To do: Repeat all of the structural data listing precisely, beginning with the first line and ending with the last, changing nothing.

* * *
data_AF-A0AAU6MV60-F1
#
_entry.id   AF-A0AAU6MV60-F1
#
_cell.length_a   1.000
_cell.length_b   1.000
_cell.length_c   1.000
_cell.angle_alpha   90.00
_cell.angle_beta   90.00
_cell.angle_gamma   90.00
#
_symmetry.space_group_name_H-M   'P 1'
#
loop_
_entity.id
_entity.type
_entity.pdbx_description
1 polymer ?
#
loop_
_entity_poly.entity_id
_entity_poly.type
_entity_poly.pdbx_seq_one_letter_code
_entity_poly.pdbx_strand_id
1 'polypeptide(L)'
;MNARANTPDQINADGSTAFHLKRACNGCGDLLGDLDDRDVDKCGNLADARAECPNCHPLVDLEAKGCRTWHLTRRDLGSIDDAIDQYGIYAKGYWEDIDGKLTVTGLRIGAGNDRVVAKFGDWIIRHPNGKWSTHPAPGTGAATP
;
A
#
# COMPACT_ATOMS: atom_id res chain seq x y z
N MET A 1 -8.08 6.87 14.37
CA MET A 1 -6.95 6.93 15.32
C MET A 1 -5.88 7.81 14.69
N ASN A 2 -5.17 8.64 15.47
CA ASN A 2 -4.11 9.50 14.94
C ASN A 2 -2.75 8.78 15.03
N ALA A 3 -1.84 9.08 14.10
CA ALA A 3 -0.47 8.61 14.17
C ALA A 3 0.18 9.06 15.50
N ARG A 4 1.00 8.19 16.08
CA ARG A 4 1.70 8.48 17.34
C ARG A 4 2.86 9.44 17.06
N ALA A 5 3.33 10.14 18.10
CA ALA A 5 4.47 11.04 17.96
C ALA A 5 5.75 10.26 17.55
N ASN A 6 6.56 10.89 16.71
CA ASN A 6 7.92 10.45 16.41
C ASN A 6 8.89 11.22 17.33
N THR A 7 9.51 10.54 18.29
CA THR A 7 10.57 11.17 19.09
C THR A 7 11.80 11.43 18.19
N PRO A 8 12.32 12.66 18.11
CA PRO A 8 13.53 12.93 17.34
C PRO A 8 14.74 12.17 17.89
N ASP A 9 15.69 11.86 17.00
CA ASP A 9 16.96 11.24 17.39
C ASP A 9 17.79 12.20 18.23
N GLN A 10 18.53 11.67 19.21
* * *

data_AF-A0AAU6MV60-F1
#
_entry.id   AF-A0AAU6MV60-F1
#
_cell.length_a   1.000
_cell.length_b   1.000
_cell.length_c   1.000
_cell.angle_alpha   90.00
_cell.angle_beta   90.00
_cell.angle_gamma   90.00
#
_symmetry.space_group_name_H-M   'P 1'
#
loop_
_entity.id
_entity.type
_entity.pdbx_description
1 polymer ?
#
loop_
_entity_poly.entity_id
_entity_poly.type
_entity_poly.pdbx_seq_one_letter_code
_entity_poly.pdbx_strand_id
1 'polypeptide(L)'
;MNARANTPDQINADGSTAFHLKRACNGCGDLLGDLDDRDVDKCGNLADARAECPNCHPLVDLEAKGCRTWHLTRRDLGSIDDAIDQYGIYAKGYWEDIDGKLTVTGLRIGAGNDRVVAKFGDWIIRHPNGKWSTHPAPGTGAATP
;
A
#
# COMPACT_ATOMS: atom_id res chain seq x y z
N MET A 1 -8.08 6.87 14.37
CA MET A 1 -6.95 6.93 15.32
C MET A 1 -5.88 7.81 14.69
N ASN A 2 -5.17 8.64 15.47
CA ASN A 2 -4.11 9.50 14.94
C ASN A 2 -2.75 8.78 15.03
N ALA A 3 -1.84 9.08 14.10
CA ALA A 3 -0.47 8.61 14.17
C ALA A 3 0.18 9.06 15.50
N ARG A 4 1.00 8.19 16.08
CA ARG A 4 1.70 8.48 17.34
C ARG A 4 2.86 9.44 17.06
N ALA A 5 3.33 10.14 18.10
CA ALA A 5 4.47 11.04 17.96
C ALA A 5 5.75 10.26 17.55
N ASN A 6 6.56 10.89 16.71
CA ASN A 6 7.92 10.45 16.41
C ASN A 6 8.89 11.22 17.33
N THR A 7 9.51 10.54 18.29
CA THR A 7 10.57 11.17 19.09
C THR A 7 11.80 11.43 18.19
N PRO A 8 12.32 12.66 18.11
CA PRO A 8 13.53 12.93 17.34
C PRO A 8 14.74 12.17 17.89
N ASP A 9 15.69 11.86 17.00
CA ASP A 9 16.96 11.24 17.39
C ASP A 9 17.79 12.20 18.23
N GLN A 10 18.53 11.67 19.21